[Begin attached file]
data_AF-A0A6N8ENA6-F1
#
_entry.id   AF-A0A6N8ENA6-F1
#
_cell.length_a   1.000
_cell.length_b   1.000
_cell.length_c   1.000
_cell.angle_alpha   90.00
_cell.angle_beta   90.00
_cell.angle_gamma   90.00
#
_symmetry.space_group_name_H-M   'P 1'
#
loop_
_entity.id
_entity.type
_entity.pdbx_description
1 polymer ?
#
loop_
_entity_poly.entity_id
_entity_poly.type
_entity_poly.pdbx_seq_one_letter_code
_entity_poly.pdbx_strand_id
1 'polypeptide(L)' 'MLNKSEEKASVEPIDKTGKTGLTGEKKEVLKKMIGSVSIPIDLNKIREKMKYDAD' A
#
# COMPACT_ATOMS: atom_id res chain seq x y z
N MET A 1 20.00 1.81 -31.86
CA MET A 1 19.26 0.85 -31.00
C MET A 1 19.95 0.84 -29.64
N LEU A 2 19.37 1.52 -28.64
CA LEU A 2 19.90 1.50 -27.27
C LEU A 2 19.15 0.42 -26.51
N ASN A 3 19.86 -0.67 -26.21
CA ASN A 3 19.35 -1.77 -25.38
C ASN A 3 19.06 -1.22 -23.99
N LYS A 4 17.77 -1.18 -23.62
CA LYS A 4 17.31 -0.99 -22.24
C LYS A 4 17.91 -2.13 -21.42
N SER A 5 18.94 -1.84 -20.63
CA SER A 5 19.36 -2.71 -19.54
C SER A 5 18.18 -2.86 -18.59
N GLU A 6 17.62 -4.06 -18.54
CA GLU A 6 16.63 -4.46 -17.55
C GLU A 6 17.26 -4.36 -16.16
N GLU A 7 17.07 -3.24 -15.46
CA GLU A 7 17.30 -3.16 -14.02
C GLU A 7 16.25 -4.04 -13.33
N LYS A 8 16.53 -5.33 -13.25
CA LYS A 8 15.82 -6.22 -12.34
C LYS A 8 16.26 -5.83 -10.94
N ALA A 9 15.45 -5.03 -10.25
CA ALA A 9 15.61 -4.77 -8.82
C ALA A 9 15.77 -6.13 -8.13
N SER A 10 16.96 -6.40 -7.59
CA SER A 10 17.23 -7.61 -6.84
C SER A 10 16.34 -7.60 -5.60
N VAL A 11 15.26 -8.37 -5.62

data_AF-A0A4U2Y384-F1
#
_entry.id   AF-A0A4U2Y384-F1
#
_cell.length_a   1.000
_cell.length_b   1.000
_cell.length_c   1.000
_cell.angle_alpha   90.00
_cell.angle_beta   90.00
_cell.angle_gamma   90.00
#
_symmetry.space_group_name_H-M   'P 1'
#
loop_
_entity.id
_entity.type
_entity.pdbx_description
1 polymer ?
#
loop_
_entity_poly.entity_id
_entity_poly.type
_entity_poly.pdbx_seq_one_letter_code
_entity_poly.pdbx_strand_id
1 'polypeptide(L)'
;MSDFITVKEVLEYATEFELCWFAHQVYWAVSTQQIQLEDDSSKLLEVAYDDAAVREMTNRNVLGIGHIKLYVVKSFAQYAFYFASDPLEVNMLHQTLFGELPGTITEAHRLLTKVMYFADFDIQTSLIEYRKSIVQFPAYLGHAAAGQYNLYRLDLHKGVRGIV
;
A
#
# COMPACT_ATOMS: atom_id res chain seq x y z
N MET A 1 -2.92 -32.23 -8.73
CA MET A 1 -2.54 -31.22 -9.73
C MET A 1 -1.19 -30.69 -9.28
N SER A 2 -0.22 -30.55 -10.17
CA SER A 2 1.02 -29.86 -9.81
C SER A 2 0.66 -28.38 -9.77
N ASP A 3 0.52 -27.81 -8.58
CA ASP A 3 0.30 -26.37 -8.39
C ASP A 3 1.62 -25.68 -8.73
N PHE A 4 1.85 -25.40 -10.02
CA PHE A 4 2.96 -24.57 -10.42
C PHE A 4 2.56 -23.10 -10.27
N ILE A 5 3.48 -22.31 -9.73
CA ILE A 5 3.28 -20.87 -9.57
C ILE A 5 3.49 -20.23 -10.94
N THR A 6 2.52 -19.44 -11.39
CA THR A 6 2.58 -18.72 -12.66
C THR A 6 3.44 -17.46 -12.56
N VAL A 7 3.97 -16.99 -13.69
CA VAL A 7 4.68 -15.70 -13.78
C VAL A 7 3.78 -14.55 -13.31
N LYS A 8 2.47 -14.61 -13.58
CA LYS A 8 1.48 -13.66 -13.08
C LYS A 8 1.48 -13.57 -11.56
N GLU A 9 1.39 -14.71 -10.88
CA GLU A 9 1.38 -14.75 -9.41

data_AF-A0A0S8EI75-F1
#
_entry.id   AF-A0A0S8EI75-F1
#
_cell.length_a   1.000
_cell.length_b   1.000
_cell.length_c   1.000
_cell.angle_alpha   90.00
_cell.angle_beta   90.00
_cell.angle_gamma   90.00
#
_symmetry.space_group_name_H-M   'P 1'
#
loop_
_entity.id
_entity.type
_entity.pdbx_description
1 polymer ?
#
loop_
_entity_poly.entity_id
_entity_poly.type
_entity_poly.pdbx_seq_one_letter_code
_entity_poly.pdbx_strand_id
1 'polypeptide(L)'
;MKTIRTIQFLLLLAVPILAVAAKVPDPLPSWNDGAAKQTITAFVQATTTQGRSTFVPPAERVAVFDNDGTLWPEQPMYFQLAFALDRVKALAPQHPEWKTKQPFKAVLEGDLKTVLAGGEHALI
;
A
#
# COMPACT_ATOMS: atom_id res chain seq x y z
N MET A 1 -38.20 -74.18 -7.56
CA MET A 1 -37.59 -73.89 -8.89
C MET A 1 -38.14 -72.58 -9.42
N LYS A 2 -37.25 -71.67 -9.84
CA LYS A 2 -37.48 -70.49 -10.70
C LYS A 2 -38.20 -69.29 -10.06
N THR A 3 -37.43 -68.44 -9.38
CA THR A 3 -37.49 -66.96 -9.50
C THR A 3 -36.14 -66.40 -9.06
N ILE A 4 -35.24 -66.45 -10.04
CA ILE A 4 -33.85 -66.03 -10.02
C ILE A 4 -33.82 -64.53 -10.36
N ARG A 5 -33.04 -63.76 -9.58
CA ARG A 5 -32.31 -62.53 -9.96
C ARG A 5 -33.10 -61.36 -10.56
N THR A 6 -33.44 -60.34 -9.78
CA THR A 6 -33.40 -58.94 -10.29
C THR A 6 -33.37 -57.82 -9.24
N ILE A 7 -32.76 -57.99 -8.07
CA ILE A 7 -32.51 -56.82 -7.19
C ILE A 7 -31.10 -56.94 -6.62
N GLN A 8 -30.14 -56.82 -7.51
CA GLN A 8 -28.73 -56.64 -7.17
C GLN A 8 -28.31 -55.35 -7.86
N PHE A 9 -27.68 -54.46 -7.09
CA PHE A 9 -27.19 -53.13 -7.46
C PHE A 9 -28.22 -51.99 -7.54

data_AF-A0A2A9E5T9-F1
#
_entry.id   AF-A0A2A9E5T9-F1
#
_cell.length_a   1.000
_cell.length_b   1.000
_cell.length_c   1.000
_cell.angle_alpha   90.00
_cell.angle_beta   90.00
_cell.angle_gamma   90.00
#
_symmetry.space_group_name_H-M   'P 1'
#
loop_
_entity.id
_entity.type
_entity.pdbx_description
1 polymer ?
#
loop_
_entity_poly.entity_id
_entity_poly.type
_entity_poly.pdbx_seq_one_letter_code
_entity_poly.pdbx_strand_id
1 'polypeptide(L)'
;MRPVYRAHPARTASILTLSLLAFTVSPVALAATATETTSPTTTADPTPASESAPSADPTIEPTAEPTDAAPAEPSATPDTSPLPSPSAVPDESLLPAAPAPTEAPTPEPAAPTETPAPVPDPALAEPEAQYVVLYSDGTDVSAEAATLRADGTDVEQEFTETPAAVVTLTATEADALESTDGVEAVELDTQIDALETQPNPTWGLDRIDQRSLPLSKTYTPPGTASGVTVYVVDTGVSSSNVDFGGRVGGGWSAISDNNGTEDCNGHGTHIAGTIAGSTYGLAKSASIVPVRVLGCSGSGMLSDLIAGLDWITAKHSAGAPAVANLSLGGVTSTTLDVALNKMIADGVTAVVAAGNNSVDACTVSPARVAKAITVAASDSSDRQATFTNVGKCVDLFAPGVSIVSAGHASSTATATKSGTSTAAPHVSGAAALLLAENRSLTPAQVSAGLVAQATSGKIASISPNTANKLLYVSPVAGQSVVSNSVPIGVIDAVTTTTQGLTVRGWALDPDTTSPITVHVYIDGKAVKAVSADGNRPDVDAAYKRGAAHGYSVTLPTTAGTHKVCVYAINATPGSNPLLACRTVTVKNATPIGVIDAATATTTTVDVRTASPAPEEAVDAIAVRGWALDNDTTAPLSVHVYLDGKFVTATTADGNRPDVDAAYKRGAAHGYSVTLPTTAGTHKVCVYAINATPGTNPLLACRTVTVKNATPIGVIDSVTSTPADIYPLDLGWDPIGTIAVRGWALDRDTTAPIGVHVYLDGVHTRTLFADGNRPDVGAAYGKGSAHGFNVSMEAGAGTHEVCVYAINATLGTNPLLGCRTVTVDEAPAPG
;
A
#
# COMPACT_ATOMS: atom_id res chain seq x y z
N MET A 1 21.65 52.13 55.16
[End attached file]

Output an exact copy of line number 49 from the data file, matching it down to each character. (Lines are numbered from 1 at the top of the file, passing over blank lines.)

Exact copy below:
N LYS A 8 16.53 -5.33 -13.25